# Random Variables and Transformations

1. Oct 31, 2012

### Artusartos

In the last question in this link:

http://pages.uoregon.edu/csinclai/teaching/Fall2009/files/hw8.pdf [Broken]

1) I did not understand how they got the region for y1, y2, and y3...

2) How would the solution be different (or not possible) if X1, X2, and X3 were not iid?

Last edited by a moderator: May 6, 2017
2. Oct 31, 2012

### haruspex

Clearly each is >0. Y1 = X1/(X1+X2), with X1 and X2 both > 0. So X1 < X1+X2, so Y1 < 1. Y1 approaches 1 as X2 approaches zero. Etc.

The proof omits the derivation of the exp[-(y1...] term. If you dig into that you'll find it needed the joint pdfs of the X vars, and it assumes they're iid in the process.

3. Oct 31, 2012

### Artusartos

Thanks a lot :)

I have one more question (if you don't mind)...

Let f(x1, x2, x3) = e-(x1+x2+x3), 0<x1,2,3<infinity, zero elsewhere be a joint pdf of X1, X2, X3.

Compute P(X1= X2< X3)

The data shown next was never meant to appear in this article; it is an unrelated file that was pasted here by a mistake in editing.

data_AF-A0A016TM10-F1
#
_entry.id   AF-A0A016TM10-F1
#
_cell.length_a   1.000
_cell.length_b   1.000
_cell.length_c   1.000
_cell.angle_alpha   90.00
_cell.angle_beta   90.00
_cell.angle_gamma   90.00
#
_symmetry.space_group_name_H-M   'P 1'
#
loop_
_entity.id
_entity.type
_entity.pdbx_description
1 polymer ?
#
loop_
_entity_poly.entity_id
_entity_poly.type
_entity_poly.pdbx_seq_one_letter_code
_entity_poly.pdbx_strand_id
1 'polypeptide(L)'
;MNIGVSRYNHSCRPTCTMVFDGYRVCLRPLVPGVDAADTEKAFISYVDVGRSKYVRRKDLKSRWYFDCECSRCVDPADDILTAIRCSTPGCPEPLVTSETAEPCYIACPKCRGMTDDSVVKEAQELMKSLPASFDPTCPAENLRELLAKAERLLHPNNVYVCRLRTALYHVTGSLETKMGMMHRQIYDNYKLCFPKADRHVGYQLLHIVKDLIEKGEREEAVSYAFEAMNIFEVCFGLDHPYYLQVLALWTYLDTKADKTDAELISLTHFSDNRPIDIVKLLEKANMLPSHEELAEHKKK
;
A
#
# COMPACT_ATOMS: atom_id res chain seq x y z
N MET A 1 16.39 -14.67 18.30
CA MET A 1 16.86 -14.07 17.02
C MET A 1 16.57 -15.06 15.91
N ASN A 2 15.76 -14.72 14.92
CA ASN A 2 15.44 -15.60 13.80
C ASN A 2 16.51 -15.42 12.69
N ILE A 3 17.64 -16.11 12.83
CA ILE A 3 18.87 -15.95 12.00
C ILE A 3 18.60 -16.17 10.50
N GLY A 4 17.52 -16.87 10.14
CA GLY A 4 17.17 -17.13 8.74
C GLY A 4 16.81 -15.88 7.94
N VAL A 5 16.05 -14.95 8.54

Determine the joint mgf.

So this is the integral that we need to integrate, right (for the mgf)?

$\int_0^{\infty} \int_0^{\infty} \int_0^{\infty} e^{x_1(t_1-1)} e^{x_2(t_2-1)} e^{x_3(t_3-1)} dx_1 dx_2 dx_3$

But I'm having some trouble with this, because this is what I get after integrating...

$\frac{1}{t_1-1}e^{x_1(t_1-1)} |_0^{\infty} \frac{1}{t_2-1}e^{x_2(t_2-1)} |_0^{\infty} \frac{1}{t_3-1}e^{x_3(t_3-1)} |_0^{\infty}$...but if we plug in infinity to $\frac{1}{t_1-1}e^{\infty(t_1-1)}$...don't we get infinity, since e increases forever?

4. Oct 31, 2012

### haruspex

Not if t1 < ... what?

5. Oct 31, 2012

### Artusartos

If t1<1...

6. Oct 31, 2012

### haruspex

Right. It's quite usual that the mgf would only be defined for a range of the parameter, such as |t| < 1. To make use of it, you only need all the derivatives to exist at 0.

7. Oct 31, 2012

Thanks...